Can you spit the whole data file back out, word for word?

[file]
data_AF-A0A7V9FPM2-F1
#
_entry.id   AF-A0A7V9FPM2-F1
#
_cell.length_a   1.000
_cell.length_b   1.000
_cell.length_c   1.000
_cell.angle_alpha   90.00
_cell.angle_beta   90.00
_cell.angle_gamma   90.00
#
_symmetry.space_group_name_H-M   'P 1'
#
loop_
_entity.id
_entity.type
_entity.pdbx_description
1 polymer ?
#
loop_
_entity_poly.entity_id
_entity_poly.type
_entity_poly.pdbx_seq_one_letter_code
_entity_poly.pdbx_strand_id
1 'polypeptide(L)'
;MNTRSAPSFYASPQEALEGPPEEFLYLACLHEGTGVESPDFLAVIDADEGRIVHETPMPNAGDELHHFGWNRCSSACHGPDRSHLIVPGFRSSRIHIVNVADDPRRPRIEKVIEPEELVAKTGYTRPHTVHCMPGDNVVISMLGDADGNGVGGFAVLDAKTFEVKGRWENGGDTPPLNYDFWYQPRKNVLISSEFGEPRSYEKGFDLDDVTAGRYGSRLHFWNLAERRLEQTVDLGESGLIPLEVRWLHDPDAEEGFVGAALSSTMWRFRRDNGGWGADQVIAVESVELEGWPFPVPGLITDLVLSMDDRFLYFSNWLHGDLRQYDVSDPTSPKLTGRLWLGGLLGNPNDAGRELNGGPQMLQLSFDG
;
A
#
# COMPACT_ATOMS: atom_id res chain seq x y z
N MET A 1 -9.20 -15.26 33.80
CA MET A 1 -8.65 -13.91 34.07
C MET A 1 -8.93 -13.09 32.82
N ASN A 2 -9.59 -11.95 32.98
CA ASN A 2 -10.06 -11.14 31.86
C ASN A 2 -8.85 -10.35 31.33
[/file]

data_AF-A0A7V9FPM2-F1
#
_entry.id   AF-A0A7V9FPM2-F1
#
_cell.length_a   1.000
_cell.length_b   1.000
_cell.length_c   1.000
_cell.angle_alpha   90.00
_cell.angle_beta   90.00
_cell.angle_gamma   90.00
#
_symmetry.space_group_name_H-M   'P 1'
#
loop_
_entity.id
_entity.type
_entity.pdbx_description
1 polymer ?
#
loop_
_entity_poly.entity_id
_entity_poly.type
_entity_poly.pdbx_seq_one_letter_code
_entity_poly.pdbx_strand_id
1 'polypeptide(L)'
;MNTRSAPSFYASPQEALEGPPEEFLYLACLHEGTGVESPDFLAVIDADEGRIVHETPMPNAGDELHHFGWNRCSSACHGPDRSHLIVPGFRSSRIHIVNVADDPRRPRIEKVIEPEELVAKTGYTRPHTVHCMPGDNVVISMLGDADGNGVGGFAVLDAKTFEVKGRWENGGDTPPLNYDFWYQPRKNVLISSEFGEPRSYEKGFDLDDVTAGRYGSRLHFWNLAERRLEQTVDLGESGLIPLEVRWLHDPDAEEGFVGAALSSTMWRFRRDNGGWGADQVIAVESVELEGWPFPVPGLITDLVLSMDDRFLYFSNWLHGDLRQYDVSDPTSPKLTGRLWLGGLLGNPNDAGRELNGGPQMLQLSFDG
;
A
#
# COMPACT_ATOMS: atom_id res chain seq x y z
N MET A 1 -9.20 -15.26 33.80
CA MET A 1 -8.65 -13.91 34.07
C MET A 1 -8.93 -13.09 32.82
N ASN A 2 -9.59 -11.95 32.98
CA ASN A 2 -10.06 -11.14 31.86
C ASN A 2 -8.85 -10.35 31.33